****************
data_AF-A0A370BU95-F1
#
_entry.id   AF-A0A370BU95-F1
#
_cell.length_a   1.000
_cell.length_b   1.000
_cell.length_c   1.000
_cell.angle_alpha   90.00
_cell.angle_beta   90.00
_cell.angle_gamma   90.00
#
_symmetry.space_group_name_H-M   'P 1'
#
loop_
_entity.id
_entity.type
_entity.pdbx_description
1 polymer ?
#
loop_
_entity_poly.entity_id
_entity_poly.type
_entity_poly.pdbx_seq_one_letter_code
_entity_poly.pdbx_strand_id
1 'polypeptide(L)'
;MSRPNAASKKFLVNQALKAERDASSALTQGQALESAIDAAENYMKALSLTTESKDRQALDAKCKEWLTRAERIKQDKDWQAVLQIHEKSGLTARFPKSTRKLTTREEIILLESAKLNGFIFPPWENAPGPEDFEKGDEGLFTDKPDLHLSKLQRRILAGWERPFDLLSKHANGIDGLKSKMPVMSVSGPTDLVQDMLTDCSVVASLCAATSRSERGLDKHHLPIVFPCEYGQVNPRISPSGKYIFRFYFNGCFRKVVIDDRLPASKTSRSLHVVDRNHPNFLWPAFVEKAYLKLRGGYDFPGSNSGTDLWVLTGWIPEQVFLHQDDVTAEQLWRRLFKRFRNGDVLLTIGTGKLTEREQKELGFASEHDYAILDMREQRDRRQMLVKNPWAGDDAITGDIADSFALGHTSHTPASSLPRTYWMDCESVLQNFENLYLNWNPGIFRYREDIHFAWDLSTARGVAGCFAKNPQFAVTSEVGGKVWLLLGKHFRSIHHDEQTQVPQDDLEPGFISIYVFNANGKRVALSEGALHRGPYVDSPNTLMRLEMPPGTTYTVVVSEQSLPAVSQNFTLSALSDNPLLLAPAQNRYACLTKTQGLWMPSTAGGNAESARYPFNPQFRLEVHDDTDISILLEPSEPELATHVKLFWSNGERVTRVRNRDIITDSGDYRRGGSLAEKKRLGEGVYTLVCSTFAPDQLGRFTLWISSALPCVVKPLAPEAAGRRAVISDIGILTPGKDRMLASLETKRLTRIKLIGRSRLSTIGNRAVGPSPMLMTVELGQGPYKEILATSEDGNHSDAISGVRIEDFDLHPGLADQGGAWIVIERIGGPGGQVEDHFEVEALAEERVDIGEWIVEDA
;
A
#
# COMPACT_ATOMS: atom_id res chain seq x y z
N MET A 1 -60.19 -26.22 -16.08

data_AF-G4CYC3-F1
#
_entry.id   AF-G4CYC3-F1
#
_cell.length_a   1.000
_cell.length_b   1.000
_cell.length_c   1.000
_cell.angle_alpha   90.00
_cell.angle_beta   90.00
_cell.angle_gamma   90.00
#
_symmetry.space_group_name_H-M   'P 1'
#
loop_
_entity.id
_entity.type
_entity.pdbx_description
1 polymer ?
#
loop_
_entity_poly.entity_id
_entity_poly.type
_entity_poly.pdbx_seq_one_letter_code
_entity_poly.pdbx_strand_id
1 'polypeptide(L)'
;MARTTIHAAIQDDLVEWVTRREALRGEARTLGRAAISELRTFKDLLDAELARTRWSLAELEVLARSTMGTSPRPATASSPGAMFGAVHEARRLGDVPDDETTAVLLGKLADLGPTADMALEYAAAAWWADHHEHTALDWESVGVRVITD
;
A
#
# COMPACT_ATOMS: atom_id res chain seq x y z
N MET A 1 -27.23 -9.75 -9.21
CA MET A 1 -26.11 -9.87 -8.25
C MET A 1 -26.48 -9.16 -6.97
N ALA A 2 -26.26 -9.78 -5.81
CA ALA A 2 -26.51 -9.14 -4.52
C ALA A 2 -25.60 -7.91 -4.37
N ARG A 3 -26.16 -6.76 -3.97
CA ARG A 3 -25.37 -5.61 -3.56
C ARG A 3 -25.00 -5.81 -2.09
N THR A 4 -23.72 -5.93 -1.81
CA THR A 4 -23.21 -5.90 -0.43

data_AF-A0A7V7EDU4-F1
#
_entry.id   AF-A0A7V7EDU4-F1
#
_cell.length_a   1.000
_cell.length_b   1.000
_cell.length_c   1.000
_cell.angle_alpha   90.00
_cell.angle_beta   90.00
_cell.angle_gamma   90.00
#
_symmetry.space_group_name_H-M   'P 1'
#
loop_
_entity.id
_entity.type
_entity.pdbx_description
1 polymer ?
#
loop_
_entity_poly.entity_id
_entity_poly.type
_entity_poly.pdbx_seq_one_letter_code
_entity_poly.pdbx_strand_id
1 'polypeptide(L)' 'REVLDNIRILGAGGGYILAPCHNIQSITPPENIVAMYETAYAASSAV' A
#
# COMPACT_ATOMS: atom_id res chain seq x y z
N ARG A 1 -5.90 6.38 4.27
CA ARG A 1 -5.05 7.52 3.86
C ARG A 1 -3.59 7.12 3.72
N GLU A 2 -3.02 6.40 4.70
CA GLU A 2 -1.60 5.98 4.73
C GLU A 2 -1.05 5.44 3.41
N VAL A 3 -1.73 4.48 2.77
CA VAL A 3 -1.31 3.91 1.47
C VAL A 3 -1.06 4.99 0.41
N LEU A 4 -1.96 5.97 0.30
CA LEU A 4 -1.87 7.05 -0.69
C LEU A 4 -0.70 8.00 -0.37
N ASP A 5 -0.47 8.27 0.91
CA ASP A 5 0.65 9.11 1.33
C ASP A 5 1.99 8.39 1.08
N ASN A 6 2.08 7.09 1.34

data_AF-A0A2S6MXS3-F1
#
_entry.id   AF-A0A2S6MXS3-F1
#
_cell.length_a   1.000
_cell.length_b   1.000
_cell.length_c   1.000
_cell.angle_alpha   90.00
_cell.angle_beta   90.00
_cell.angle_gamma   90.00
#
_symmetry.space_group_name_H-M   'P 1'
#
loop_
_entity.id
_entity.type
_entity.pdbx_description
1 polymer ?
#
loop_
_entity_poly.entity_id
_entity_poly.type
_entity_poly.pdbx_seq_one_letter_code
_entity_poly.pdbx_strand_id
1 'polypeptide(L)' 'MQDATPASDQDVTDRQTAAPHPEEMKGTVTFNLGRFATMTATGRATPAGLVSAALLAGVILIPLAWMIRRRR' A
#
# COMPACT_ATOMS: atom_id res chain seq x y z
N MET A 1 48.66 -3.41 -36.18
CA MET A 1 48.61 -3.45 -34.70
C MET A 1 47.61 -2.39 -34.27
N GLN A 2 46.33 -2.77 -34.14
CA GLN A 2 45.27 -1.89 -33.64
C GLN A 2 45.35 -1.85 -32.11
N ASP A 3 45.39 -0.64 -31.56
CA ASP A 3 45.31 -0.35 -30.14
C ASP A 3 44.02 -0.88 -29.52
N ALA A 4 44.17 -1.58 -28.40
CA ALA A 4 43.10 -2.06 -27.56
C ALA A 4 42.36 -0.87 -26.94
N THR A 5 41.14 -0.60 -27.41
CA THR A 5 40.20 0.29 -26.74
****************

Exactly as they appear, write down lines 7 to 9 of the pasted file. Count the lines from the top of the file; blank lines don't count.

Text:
_cell.length_c   1.000
_cell.angle_alpha   90.00
_cell.angle_beta   90.00